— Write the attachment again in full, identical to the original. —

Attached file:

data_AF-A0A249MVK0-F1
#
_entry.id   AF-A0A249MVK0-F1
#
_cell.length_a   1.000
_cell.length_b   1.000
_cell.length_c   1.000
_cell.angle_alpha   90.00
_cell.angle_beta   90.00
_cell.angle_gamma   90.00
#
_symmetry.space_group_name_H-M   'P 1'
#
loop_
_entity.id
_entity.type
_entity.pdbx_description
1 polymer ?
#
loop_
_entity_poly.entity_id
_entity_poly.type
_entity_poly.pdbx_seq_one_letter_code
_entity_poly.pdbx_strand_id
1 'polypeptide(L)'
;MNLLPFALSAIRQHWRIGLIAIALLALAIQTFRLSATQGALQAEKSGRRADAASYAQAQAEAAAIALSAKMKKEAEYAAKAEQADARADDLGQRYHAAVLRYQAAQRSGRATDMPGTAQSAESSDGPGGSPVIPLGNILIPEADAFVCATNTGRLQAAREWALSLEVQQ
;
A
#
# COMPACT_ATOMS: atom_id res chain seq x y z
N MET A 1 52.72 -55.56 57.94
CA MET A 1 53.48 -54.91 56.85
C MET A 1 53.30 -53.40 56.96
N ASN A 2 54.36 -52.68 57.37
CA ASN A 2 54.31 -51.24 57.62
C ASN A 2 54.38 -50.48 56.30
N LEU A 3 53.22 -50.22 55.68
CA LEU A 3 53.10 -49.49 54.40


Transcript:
data_AF-A0A249MVK0-F1
#
_entry.id   AF-A0A249MVK0-F1
#
_cell.length_a   1.000
_cell.length_b   1.000
_cell.length_c   1.000
_cell.angle_alpha   90.00
_cell.angle_beta   90.00
_cell.angle_gamma   90.00
#
_symmetry.space_group_name_H-M   'P 1'
#
loop_
_entity.id
_entity.type
_entity.pdbx_description
1 polymer ?
#
loop_
_entity_poly.entity_id
_entity_poly.type
_entity_poly.pdbx_seq_one_letter_code
_entity_poly.pdbx_strand_id
1 'polypeptide(L)'
;MNLLPFALSAIRQHWRIGLIAIALLALAIQTFRLSATQGALQAEKSGRRADAASYAQAQAEAAAIALSAKMKKEAEYAAKAEQADARADDLGQRYHAAVLRYQAAQRSGRATDMPGTAQSAESSDGPGGSPVIPLGNILIPEADAFVCATNTGRLQAAREWALSLEVQQ
;
A
#
# COMPACT_ATOMS: atom_id res chain seq x y z
N MET A 1 52.72 -55.56 57.94
CA MET A 1 53.48 -54.91 56.85
C MET A 1 53.30 -53.40 56.96
N ASN A 2 54.36 -52.68 57.37
CA ASN A 2 54.31 -51.24 57.62
C ASN A 2 54.38 -50.48 56.30
N LEU A 3 53.22 -50.22 55.68
CA LEU A 3 53.10 -49.49 54.40